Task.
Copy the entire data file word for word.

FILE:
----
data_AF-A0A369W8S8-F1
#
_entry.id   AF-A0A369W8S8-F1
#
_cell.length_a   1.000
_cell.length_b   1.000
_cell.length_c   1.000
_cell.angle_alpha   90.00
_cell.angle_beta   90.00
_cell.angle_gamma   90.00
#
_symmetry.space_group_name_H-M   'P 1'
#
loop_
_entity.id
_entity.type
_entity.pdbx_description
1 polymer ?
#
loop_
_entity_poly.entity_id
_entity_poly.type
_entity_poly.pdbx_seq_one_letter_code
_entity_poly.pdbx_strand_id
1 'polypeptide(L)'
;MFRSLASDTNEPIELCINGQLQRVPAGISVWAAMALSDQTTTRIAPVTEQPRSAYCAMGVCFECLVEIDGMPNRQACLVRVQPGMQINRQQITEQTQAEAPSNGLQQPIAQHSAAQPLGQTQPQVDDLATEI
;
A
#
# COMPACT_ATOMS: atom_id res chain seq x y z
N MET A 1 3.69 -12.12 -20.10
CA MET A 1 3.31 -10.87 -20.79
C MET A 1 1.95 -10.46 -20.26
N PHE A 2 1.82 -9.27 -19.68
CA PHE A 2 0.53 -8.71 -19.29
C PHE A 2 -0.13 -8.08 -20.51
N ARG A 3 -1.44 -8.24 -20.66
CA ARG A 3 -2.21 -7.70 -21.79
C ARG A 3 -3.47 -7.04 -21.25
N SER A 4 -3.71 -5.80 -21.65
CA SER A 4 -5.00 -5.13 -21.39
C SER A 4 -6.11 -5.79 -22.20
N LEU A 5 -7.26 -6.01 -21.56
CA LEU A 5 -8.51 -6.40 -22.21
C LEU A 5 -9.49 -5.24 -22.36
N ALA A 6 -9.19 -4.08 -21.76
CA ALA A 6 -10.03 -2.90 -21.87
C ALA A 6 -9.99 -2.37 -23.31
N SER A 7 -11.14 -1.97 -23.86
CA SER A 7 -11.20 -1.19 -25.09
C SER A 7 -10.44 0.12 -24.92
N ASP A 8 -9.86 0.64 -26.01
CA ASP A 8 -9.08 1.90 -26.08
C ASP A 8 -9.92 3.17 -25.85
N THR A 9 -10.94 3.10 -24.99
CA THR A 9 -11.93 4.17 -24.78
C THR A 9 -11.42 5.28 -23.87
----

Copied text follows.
data_AF-A0A369W8S8-F1
#
_entry.id   AF-A0A369W8S8-F1
#
_cell.length_a   1.000
_cell.length_b   1.000
_cell.length_c   1.000
_cell.angle_alpha   90.00
_cell.angle_beta   90.00
_cell.angle_gamma   90.00
#
_symmetry.space_group_name_H-M   'P 1'
#
loop_
_entity.id
_entity.type
_entity.pdbx_description
1 polymer ?
#
loop_
_entity_poly.entity_id
_entity_poly.type
_entity_poly.pdbx_seq_one_letter_code
_entity_poly.pdbx_strand_id
1 'polypeptide(L)'
;MFRSLASDTNEPIELCINGQLQRVPAGISVWAAMALSDQTTTRIAPVTEQPRSAYCAMGVCFECLVEIDGMPNRQACLVRVQPGMQINRQQITEQTQAEAPSNGLQQPIAQHSAAQPLGQTQPQVDDLATEI
;
A
#
# COMPACT_ATOMS: atom_id res chain seq x y z
N MET A 1 3.69 -12.12 -20.10
CA MET A 1 3.31 -10.87 -20.79
C MET A 1 1.95 -10.46 -20.26
N PHE A 2 1.82 -9.27 -19.68
CA PHE A 2 0.53 -8.71 -19.29
C PHE A 2 -0.13 -8.08 -20.51
N ARG A 3 -1.44 -8.24 -20.66
CA ARG A 3 -2.21 -7.70 -21.79
C ARG A 3 -3.47 -7.04 -21.25
N SER A 4 -3.71 -5.80 -21.65
CA SER A 4 -5.00 -5.13 -21.39
C SER A 4 -6.11 -5.79 -22.20
N LEU A 5 -7.26 -6.01 -21.56
CA LEU A 5 -8.51 -6.40 -22.21
C LEU A 5 -9.49 -5.24 -22.36
N ALA A 6 -9.19 -4.08 -21.76
CA ALA A 6 -10.03 -2.90 -21.87
C ALA A 6 -9.99 -2.37 -23.31
N SER A 7 -11.14 -1.97 -23.86
CA SER A 7 -11.20 -1.19 -25.09
C SER A 7 -10.44 0.12 -24.92
N ASP A 8 -9.86 0.64 -26.01
CA ASP A 8 -9.08 1.90 -26.08
C ASP A 8 -9.92 3.17 -25.85
N THR A 9 -10.94 3.10 -24.99
CA THR A 9 -11.93 4.17 -24.78
C THR A 9 -11.42 5.28 -23.87